“King of the Surf Guitar” begins with the track by the same name almost like an ‘in your face’ declaration. No matter what you hear from this point on, you ARE listening to the “King” when it comes to surf guitar. Incidentally, there are some fascinating pieces of information in regard to the musicians/artists that perform with Dick.
The piano playing is done by a young Leon Russell, who only a few years on later would become a big artist in his own right.
Then there is the female backing group, “The Blossoms“. This featured non other than Darlene Love. Love had a big hit in 1962 with “He’s a Rebel” and was part of many backing groups used by Phil Spector.
Urged on to ‘Listen, listen to the King’, Dick Dale lets fire with one of his trademark riffs, stating absolutely that when it comes to ‘Surf Music’, he is indeed ‘The King‘!
King of the Surf Guitar
It’s an indication of the strength of many of the tracks on this album that it can carry a few not so good tracks. It appears as though encouraged on by the success of “Surfers Choice“, Capitol decided to make this album one, to reach all people.
Dick Dale was never going to be all things to all music fans, and while he does a more than passable attempt with his vocals, the choice of some of the material by Capitol was very poor indeed.
One such example is the ‘lovelorn’ ballad, “You Are My Sunshine“. I bet he never did that live in a show.
However, the old stand by rocker “Kansas City” would have been one he may very well have played at live gigs. So I thought I should share it with you because it is a great effort by the “King of the Surf Guitar“, to sing up a storm.
It is very hard to not feature those tracks where his guitar work does the talk.
“Hava Nagila” is such a track. Noteworthy for the use of his ‘rapid picking’ style, this track was in fact an old Jewish folk piece, but what Dick Dale did to it would make the Yarmulke on the Jewish men’s heads, spin!
His playing has certainly put a new lease of life on this old track but it was a bit rich to claim the composing rights, even if he did a major modification on it.
The next track featured is another instrumental. It could almost be considered as a ‘classic’ having been covered by many groups and featured in a number of movies.
“(Ghost) Riders in the Sky” is one of those tracks that grabs you whenever you hear it and Dick plays it with passion and force yet again reinforcing his amazing ability even at such an early stage of his illustrious career.
His mastery of the electric guitar further reinforcing the fact that his style would be taken up by many guitarists who may have very well cut their teeth on Dick Dale’s music.
Riders in the Sky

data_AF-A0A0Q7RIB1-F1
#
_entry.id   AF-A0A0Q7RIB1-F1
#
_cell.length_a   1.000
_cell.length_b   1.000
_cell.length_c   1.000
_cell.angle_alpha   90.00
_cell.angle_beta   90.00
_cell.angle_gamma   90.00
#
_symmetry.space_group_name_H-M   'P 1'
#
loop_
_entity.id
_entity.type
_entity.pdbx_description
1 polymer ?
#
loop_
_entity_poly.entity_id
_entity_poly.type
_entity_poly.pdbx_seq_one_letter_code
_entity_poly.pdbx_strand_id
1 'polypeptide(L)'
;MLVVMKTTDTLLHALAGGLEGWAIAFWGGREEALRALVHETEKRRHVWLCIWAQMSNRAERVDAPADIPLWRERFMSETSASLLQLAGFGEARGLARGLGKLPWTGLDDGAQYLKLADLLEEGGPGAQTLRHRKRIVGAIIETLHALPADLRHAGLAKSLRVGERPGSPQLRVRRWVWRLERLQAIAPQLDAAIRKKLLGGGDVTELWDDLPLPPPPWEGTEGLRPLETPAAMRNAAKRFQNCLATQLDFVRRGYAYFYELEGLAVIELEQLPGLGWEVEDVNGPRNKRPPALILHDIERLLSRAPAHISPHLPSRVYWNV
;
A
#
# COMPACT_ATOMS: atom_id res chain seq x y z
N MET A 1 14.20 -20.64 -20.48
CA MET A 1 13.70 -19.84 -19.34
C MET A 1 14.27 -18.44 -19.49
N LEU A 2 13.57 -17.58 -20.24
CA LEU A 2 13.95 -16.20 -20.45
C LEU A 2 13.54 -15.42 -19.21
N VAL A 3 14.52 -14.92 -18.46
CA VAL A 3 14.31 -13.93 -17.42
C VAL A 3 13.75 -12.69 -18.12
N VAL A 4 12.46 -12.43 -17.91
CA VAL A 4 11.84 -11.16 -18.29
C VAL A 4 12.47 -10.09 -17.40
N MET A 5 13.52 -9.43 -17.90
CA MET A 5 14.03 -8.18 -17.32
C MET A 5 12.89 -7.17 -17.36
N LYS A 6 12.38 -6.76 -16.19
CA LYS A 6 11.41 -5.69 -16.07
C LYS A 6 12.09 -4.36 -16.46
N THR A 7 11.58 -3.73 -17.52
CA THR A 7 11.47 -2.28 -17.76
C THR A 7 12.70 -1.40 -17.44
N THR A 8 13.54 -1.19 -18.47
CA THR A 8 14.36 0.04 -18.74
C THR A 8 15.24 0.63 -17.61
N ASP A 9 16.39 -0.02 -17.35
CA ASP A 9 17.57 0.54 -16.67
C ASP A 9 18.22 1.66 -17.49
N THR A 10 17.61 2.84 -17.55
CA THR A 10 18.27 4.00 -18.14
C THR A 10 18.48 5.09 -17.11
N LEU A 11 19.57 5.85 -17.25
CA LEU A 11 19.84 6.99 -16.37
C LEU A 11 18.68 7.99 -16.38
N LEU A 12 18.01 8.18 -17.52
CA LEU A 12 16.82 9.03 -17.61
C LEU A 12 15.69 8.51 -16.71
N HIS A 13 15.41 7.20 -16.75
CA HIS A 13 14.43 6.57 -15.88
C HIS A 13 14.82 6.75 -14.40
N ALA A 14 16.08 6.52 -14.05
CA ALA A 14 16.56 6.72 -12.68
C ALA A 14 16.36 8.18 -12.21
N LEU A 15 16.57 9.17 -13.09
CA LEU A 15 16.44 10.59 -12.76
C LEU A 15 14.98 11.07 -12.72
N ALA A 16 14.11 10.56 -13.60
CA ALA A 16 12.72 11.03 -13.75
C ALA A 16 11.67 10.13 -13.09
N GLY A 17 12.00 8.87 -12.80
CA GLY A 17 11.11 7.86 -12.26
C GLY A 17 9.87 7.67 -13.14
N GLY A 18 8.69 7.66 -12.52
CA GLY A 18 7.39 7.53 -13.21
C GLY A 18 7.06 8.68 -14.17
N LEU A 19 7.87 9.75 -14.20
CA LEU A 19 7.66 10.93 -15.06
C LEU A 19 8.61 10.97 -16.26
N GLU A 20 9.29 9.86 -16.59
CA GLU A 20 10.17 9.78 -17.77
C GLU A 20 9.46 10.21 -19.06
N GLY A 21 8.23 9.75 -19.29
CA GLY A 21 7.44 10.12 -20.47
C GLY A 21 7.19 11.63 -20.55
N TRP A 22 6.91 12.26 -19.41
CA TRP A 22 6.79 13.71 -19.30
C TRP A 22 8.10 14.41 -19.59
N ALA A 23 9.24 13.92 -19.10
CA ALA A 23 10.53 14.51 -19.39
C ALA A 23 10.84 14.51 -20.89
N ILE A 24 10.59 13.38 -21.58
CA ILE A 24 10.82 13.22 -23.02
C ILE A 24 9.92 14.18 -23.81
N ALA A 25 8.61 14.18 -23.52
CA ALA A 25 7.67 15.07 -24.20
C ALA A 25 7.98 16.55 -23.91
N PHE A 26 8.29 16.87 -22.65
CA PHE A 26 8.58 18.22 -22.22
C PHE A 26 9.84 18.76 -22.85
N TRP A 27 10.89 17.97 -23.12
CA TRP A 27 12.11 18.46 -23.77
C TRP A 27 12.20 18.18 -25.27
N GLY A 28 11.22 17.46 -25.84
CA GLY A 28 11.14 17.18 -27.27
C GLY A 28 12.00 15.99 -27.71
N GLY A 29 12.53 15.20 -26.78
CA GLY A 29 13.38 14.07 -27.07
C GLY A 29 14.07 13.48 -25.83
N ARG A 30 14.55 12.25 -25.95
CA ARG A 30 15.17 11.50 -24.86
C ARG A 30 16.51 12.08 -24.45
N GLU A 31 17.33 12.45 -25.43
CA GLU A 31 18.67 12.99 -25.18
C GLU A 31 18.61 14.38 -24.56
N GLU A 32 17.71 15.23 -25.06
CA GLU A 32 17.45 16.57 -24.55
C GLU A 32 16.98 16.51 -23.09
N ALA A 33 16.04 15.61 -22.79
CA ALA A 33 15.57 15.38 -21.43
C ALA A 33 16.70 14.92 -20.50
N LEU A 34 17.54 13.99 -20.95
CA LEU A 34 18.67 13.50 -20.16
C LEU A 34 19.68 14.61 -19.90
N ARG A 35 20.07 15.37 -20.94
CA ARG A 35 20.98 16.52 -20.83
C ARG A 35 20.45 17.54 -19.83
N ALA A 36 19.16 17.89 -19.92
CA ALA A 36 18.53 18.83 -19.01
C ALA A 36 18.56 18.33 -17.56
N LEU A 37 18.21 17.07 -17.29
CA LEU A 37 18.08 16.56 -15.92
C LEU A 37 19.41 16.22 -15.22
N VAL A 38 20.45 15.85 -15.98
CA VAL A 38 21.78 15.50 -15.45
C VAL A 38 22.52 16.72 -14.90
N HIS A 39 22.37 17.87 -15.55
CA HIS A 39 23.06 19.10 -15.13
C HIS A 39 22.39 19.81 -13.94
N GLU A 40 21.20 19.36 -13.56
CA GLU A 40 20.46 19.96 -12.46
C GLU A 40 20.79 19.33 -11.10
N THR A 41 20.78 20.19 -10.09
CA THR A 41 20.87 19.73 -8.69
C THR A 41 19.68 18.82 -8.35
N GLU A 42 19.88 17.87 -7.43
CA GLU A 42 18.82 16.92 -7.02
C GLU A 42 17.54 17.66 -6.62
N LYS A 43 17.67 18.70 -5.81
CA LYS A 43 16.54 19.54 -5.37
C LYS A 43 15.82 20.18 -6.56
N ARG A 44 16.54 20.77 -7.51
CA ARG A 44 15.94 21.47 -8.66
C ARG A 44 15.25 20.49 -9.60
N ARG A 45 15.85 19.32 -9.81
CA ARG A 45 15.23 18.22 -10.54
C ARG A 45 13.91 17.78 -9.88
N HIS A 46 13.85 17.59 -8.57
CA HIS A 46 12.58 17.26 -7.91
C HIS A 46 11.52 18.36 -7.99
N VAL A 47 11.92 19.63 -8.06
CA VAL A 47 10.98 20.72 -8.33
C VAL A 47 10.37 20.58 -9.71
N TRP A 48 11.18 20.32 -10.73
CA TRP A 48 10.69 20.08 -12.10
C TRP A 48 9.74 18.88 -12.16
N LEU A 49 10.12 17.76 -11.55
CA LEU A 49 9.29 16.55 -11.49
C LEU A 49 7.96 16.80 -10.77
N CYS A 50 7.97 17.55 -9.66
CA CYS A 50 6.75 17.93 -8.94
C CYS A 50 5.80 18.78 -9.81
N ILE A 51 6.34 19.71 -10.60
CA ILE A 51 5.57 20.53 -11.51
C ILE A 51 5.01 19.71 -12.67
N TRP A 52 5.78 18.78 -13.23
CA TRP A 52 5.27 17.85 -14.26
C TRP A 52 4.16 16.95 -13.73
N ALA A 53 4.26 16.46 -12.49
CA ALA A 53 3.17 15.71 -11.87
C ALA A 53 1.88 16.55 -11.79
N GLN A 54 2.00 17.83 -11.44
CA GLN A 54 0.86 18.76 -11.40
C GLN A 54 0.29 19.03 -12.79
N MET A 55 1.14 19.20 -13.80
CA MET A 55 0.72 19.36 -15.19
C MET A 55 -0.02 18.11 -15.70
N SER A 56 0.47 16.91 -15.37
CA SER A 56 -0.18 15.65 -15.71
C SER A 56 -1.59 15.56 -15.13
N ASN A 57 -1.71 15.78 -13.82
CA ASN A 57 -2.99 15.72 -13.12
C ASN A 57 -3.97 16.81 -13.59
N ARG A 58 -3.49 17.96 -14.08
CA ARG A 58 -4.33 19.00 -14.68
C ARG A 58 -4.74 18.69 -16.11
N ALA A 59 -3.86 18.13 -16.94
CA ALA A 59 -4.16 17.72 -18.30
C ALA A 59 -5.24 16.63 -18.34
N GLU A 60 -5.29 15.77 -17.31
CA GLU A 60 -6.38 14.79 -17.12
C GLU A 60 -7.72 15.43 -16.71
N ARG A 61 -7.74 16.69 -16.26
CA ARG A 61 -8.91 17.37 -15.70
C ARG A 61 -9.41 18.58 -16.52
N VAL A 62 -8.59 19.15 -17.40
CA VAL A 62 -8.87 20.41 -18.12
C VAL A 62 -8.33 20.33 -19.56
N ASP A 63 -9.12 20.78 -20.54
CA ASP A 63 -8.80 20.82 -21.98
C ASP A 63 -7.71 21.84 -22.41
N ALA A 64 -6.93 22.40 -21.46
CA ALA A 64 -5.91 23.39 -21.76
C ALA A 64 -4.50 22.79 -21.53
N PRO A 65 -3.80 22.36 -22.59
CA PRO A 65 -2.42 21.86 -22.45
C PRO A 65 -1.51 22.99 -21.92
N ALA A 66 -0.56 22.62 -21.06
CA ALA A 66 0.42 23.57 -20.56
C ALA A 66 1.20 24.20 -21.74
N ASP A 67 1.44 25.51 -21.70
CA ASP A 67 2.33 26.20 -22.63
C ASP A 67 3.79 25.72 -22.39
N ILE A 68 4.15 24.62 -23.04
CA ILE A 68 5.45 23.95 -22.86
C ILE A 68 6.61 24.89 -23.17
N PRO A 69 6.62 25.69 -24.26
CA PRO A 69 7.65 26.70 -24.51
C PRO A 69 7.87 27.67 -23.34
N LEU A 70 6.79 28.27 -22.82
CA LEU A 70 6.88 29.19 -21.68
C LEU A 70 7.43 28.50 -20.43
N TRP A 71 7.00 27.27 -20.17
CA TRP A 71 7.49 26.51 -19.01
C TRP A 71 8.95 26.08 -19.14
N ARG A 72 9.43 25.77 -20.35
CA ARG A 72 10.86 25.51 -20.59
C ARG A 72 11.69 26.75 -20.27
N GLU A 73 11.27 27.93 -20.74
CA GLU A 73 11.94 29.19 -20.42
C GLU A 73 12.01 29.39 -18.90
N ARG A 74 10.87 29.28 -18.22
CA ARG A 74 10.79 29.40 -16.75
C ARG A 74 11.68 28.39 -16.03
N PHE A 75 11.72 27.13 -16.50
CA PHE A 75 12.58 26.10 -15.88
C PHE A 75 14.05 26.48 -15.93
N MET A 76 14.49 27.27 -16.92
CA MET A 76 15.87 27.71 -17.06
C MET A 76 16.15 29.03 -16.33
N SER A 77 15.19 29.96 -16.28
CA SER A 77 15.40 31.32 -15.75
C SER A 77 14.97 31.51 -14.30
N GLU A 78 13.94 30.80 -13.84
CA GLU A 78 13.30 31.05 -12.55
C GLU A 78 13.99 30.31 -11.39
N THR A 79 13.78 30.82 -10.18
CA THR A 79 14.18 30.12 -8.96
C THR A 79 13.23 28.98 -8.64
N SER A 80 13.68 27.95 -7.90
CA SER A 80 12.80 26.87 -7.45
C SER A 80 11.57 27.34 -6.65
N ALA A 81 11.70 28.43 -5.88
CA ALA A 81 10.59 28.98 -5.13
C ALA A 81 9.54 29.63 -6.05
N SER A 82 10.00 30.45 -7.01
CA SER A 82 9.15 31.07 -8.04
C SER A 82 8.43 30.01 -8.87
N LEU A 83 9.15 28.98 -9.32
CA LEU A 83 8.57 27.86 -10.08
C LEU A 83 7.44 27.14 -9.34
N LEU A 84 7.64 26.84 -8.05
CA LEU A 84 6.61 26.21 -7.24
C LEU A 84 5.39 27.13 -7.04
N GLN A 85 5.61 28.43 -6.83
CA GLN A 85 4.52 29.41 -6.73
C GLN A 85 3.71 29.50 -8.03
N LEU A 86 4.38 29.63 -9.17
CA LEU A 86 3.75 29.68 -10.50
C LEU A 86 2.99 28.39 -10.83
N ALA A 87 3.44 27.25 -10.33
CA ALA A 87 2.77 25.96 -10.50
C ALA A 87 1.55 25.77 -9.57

Surviving a cancer scare Dick continued to play on, and continued to wow old and new fans alike.
After 50+ years of playing, his speed picking hadn’t slowed one iota, if anything is not just as fast but is even more powerful as we witnessed in the version of Misrilou used in Pulp Fiction.
Misrilou from Pulp Fiction
What isn’t understood is his close relationship with Jimi Hendrix. When Hendrix, in “Third Stone From The Sun“, recited the words, You’ll Never Hear Surf Music Again“, most scribes wrote that Hendrix was referring to the fact that his music had surpassed where current ‘rock’ music was at.
In fact Jimi had erroneously been told that his friend, Dick Dale, had died of colon cancer. In a later interview, Jimi declared that he added this phrase as a tribute to his friend.
It is ironical that the “Master” of the electric guitar passed on before his friend the “King of the Surf Guitar”.
Jimi Hendrix – short selection from ‘Third Stone from the Sun
Dick Dale won many awards, including Guitarist of the Year by Guitar Player Magazine (1981), a 1988 Grammy nomination along with Stevie Ray Vaughn for “Pipeline” (“Back to the Beach”), Induction into the Surfing Hall of Fame in San Diego (1989), a Platinum Record award for his performance recording of “Miserlou” (1996), Induction into the Hollywood Rock Hall of Fame (1996), among many more, before finally receiving a Lifetime Achievement Award by L.A. Weekly (2000).
When we listen back now to his early playing, it is very easy to disregard his style because over the years it has been reproduced and extended, by many guitarists.
Sadly Dick recently passed away, he was being treated for both heart and kidney failure.
Dick Dale : Don’t Play In Peace” – but keep playing up a storm (May 4, 1937 – March 16, 2019)
The album was re-released on both vinyl (Sundazed records in 2010) and on CD, with the CD version has bonus tracks included.
If you want a copy of the vinyl Capitol release, you can expect to pay around $35.00. A small payment for an iconic surf guitar album.
There are a good selection of Dick Dale videos on youtube, so I have chose a selection from around the same era as when this album was recorded, and one from his recent contribution to the movie – Pulp Fiction.
If you are a guitarist do check out the “Guitar Center sessions”, where Dick talks about his association with fender, a range of topics but, you can see as well as hear some great finger work.
Let’s Go Trippin’
Misrilou – 1963
Guitar Center Sessions
Dick performing Misrilou at fender NAAM 2008 Gala
Previous Cream of The Crate Albums:
Click to open:
#47. Donavon – Open Road